Tuesday, February 17, 2009

What's in a name? And should/can you change yours or the kids' after divorce?

Spring is around the corner, or at least that's what I've been promising my kids all winter long! Yesterday, my four-year-old and I sat down for a carpet picnic to at least simulate the joys of Summer. As we were preparing the feast she realized we didn't have any grapes and she reeeaaally wanted grapes, in a way that only a four-year-old can really want something. I offered her raisins with the explanation that they used to be grapes and wasn't that close enough? Her reply? "But, mommy, why can't they go back to being grapes? They would be happy then!" (I suspect she'd be the happy one, but it got me thinking...)

Many women adopt their husband's name upon marriage. Does that make them someone else? Some may think so, others say it is just a name and does not make you someone else, the way a grape becomes something else when it becomes a raisin. But it is a matter of personal choice and circumstances. For some women, the married name was an identity based on the marriage. And when the marriage ends, some women want to shed that common identity as a way of moving on. For others, the name just never sounded all that great with their first name or it was difficult to pronounce or spell.

Fortunately, unlike a raisin, you can go back to being a grape, if you want to. The Judicial Change of Name Act gives Pennsylvania courts control of requests for name changes. Changing one's name back to a previously used name, such as a maiden name, is relatively simple, when done in connection with the divorce. Essentially it is a matter of filing a request with the court.
§ 704. Divorced person may resume prior name.

(a) General rule.- Any person who is divorced from the bonds of matrimony may resume any prior surname used by him or her by filing a written notice to such effect in the office of the clerk of the court in which the decree of divorce was entered, showing the caption and docket number of the proceeding in divorce.

But what about changing children's names? That is not so simple. Court approval is required. A number of women that I know would like to change their name back to their maiden name, but refrain from doing so because they want to retain the same name as their children. There are circumstances where changing a child's names is permitted, but these are very specific and fact based occurrences. In determining whether to grant a name change request for a minor, the court looks to determine whether such a change is in the best interest of the child. Notice to the other parent is required and the other parent can object. If the other parent contests the name change the parent requesting the name change has the burden of proving why the name change is in the child's best interest. The Pennsylvania Supreme Court requires lower courts to consider factors including "the natural bonds between parent and child, the social stigma or respect afforded a particular name within the community, and, where the child is of sufficient age, whether the child intellectually and rationally understands the significance of changing his or her name."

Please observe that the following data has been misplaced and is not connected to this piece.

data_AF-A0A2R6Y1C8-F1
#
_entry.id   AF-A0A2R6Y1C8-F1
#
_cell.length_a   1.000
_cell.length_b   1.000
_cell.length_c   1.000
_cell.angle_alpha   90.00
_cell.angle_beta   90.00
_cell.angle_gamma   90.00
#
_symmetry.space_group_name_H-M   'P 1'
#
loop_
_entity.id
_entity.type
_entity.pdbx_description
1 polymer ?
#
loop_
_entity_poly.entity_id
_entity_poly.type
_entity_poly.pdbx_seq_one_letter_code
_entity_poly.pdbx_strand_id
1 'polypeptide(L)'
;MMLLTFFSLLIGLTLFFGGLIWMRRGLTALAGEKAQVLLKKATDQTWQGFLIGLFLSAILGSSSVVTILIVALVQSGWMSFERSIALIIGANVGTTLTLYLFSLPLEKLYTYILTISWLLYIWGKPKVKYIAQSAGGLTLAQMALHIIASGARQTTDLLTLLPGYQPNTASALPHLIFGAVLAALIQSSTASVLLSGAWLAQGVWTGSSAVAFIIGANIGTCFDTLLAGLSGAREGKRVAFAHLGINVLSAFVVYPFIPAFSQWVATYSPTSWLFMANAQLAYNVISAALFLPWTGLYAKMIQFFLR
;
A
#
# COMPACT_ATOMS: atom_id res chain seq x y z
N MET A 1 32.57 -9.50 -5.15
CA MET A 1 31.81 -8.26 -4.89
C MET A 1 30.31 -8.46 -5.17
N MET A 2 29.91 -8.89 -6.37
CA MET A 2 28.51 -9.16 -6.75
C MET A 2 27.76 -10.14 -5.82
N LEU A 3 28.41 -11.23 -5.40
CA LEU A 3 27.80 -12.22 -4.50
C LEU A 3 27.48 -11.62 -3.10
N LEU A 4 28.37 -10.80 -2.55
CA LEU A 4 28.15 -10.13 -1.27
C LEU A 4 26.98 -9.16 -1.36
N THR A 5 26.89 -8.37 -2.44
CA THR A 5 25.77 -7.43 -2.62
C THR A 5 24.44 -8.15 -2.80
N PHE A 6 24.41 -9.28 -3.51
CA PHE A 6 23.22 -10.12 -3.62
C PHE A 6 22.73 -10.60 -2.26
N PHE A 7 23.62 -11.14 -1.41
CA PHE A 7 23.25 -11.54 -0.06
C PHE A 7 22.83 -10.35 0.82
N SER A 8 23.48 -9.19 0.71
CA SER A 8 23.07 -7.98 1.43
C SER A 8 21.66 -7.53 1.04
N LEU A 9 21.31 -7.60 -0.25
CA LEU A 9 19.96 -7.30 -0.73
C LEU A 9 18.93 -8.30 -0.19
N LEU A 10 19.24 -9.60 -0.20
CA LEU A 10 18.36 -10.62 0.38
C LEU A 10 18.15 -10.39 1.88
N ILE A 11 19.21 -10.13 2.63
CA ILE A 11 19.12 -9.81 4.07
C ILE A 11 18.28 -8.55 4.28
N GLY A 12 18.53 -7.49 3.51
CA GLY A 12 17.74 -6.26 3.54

You may want to consult with an attorney to determine the likelihood of success if you are considering changing your children's names.

Audrey Buglione is a family law attorney and single mom who lives in Harrisburg, Pennsylvania with her three children. Her office is located in Dauphin County. She assists clients seeking divorce, child custody, child support, spousal support and alimony pendente lite in Dauphin, Cumberland, Lancaster, York, Perry, and Lebanon counties. Contact Audrey for a no-obligation confidential consultation.

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